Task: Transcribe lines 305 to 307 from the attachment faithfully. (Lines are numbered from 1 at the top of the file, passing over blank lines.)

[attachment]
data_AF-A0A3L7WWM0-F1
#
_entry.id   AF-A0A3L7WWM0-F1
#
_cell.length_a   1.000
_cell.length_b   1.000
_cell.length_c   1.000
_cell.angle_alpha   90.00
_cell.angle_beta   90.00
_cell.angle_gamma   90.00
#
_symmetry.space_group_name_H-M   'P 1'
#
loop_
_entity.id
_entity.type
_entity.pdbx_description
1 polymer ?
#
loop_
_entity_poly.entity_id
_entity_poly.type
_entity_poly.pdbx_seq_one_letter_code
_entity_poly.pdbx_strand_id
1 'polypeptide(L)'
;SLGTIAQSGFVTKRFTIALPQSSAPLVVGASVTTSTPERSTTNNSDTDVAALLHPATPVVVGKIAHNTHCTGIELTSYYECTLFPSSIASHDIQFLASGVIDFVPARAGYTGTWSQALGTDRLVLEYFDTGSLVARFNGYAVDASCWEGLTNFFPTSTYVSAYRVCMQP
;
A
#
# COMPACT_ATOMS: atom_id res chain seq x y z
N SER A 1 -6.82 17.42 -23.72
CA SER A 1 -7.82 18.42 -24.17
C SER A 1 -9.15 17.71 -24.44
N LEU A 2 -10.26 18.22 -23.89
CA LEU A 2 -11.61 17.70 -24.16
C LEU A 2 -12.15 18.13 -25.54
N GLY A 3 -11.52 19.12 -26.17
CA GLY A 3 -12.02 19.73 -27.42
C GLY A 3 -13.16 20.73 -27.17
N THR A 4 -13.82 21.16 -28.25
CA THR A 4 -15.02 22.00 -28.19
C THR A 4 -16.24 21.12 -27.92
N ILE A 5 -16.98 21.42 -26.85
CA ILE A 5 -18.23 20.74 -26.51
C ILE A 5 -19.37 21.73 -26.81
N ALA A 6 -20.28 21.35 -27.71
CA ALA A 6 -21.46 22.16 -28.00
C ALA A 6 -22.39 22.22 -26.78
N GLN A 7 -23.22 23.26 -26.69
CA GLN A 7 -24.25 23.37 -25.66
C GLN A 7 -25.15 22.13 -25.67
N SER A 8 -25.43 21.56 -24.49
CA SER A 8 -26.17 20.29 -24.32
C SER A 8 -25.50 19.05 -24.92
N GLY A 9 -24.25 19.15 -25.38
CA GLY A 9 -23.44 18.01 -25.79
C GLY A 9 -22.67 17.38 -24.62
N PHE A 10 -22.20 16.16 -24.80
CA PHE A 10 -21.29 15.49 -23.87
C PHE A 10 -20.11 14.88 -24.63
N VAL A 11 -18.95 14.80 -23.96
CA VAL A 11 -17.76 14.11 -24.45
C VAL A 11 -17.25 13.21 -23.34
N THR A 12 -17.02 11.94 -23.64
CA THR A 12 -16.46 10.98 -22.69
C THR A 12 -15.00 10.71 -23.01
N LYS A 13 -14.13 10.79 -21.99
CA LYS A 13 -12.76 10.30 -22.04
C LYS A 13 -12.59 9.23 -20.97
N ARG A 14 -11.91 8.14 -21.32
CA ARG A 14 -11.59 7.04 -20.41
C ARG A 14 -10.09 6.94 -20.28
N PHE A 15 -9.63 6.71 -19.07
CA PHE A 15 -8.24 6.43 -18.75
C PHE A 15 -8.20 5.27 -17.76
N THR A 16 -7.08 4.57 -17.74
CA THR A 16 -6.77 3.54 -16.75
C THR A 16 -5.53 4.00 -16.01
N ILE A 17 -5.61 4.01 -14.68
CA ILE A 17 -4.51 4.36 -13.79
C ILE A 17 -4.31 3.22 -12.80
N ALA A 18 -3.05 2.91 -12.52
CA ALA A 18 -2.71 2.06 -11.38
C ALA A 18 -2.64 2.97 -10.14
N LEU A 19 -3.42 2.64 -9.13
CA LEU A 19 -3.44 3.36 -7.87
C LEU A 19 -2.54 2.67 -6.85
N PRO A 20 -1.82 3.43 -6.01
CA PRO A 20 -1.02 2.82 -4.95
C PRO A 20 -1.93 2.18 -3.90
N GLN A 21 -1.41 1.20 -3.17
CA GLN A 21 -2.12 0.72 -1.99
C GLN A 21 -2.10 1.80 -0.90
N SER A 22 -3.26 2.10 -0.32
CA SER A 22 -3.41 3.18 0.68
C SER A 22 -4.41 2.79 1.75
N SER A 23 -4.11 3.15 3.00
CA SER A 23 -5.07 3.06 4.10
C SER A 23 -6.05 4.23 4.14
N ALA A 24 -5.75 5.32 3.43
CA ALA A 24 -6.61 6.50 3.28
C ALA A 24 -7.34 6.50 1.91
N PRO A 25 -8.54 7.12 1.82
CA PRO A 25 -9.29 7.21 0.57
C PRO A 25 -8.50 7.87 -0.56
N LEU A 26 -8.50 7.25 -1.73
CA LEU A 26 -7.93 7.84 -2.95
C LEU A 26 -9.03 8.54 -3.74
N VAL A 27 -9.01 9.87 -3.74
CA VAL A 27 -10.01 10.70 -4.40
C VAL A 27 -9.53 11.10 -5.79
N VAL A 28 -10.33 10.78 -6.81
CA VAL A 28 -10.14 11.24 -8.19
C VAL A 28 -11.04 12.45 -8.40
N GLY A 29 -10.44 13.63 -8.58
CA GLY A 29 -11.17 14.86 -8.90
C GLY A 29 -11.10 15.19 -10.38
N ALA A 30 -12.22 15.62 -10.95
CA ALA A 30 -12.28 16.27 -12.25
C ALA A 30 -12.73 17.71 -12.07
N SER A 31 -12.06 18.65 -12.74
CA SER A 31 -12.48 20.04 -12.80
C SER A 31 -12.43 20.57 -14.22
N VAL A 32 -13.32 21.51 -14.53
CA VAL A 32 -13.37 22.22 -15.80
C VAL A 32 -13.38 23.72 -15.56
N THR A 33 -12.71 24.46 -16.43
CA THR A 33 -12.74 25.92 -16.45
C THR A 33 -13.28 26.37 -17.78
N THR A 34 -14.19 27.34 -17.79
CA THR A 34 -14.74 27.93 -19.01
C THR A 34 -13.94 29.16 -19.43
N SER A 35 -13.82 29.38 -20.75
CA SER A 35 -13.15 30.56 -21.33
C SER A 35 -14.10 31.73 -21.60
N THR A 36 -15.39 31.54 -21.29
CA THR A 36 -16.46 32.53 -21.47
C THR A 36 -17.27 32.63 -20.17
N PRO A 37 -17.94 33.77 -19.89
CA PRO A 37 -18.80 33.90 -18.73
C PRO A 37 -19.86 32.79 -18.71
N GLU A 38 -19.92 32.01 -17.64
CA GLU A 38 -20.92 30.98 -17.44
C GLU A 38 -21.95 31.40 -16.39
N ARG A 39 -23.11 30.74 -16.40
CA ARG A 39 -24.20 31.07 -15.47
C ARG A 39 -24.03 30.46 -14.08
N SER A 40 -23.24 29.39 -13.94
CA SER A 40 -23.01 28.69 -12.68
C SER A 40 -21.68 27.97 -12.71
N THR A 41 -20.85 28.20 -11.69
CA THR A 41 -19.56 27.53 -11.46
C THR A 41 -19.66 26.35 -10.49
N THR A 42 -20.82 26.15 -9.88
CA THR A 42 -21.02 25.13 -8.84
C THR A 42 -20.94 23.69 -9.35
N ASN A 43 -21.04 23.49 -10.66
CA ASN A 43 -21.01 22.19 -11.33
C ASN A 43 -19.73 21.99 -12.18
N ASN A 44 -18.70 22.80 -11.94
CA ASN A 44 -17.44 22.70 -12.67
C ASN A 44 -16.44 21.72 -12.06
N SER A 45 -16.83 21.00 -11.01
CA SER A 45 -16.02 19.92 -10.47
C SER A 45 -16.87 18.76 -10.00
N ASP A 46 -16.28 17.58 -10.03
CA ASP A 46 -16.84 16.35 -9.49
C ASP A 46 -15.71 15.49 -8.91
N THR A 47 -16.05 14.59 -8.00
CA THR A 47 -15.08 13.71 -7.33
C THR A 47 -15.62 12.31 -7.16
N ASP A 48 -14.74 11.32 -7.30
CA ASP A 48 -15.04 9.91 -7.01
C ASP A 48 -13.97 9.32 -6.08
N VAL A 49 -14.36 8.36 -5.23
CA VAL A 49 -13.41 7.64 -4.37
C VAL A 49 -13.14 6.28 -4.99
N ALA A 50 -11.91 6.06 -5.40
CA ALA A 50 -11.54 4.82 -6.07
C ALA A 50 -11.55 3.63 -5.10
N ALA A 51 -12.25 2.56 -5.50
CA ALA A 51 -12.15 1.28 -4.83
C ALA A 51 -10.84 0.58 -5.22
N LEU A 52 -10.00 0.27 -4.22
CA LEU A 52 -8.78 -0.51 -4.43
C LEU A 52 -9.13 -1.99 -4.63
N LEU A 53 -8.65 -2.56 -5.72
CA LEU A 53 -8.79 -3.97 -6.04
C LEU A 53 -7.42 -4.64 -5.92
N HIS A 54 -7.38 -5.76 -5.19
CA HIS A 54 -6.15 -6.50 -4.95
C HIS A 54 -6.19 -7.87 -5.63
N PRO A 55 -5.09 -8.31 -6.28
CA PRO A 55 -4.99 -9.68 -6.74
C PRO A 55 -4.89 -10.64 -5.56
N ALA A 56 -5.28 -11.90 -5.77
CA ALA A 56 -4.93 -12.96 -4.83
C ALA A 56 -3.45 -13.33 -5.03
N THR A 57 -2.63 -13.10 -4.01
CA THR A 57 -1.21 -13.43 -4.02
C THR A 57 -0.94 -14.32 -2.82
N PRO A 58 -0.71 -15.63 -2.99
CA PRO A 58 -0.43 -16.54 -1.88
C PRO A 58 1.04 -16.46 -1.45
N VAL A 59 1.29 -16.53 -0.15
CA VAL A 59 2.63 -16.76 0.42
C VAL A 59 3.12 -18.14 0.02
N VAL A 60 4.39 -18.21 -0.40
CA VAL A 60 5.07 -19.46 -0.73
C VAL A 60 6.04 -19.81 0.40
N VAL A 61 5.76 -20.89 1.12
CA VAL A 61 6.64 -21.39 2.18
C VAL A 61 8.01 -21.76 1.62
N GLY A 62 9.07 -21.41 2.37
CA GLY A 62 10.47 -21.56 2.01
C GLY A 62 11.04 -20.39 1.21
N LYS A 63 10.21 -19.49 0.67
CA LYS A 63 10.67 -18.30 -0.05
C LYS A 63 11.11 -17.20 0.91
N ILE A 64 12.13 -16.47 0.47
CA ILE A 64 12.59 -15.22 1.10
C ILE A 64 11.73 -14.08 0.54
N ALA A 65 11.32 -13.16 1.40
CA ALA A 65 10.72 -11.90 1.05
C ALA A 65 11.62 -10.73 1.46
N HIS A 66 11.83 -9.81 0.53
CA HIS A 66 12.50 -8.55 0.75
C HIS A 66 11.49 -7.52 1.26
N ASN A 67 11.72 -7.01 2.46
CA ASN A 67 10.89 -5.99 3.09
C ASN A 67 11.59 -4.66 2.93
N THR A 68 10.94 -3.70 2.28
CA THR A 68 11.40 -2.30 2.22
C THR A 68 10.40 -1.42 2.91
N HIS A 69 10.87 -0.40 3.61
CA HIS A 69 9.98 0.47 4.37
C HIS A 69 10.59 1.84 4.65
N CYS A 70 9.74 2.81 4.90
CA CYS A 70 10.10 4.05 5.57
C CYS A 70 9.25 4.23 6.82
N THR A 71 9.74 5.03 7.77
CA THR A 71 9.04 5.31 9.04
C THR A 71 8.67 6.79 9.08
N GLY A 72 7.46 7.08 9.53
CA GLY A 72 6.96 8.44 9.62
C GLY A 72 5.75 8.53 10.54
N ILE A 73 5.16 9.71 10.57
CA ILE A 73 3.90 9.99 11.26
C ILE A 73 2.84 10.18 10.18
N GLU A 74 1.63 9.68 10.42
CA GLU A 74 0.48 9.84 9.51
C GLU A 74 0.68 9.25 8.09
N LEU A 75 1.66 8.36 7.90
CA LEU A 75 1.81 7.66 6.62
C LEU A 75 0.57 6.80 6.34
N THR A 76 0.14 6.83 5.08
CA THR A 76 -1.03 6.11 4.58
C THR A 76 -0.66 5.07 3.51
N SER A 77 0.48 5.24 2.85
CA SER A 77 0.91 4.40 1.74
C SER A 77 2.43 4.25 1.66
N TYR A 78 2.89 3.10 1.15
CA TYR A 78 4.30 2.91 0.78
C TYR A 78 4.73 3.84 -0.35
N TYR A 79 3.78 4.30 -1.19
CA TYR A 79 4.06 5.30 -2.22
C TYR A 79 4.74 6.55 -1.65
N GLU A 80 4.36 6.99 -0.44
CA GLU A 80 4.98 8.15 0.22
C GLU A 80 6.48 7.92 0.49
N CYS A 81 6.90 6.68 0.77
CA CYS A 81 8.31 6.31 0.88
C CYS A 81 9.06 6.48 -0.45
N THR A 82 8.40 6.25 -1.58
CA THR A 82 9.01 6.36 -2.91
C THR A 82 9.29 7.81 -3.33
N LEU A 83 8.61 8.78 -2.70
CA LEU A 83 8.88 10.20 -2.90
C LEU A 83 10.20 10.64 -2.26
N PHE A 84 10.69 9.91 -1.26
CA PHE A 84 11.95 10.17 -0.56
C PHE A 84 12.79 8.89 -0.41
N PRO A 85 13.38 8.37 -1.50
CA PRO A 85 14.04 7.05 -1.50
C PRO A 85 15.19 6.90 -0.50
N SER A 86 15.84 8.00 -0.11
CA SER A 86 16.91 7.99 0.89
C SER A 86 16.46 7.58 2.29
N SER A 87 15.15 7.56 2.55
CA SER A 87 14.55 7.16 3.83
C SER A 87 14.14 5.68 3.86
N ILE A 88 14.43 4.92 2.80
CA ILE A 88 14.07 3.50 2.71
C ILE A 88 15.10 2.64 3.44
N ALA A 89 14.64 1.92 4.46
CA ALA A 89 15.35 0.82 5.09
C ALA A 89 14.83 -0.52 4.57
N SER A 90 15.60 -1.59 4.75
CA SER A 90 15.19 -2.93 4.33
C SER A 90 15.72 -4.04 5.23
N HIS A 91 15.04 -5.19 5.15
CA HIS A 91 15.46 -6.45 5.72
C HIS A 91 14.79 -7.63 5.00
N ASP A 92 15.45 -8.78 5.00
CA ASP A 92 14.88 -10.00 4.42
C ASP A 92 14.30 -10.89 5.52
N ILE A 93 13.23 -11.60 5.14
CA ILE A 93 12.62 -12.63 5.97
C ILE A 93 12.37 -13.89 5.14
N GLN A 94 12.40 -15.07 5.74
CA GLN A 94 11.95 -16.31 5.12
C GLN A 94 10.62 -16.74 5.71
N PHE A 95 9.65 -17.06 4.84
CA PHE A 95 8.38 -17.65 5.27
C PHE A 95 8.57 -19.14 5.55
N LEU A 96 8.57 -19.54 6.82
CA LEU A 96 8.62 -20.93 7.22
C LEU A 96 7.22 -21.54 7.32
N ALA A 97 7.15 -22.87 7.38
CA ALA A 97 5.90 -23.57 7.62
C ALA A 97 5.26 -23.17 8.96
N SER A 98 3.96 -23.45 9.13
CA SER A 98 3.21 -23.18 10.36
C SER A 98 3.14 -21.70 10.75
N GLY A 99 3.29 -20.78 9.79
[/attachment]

CA ASP A 92 14.88 -10.00 4.42
C ASP A 92 14.30 -10.89 5.52
N ILE A 93 13.23 -11.60 5.14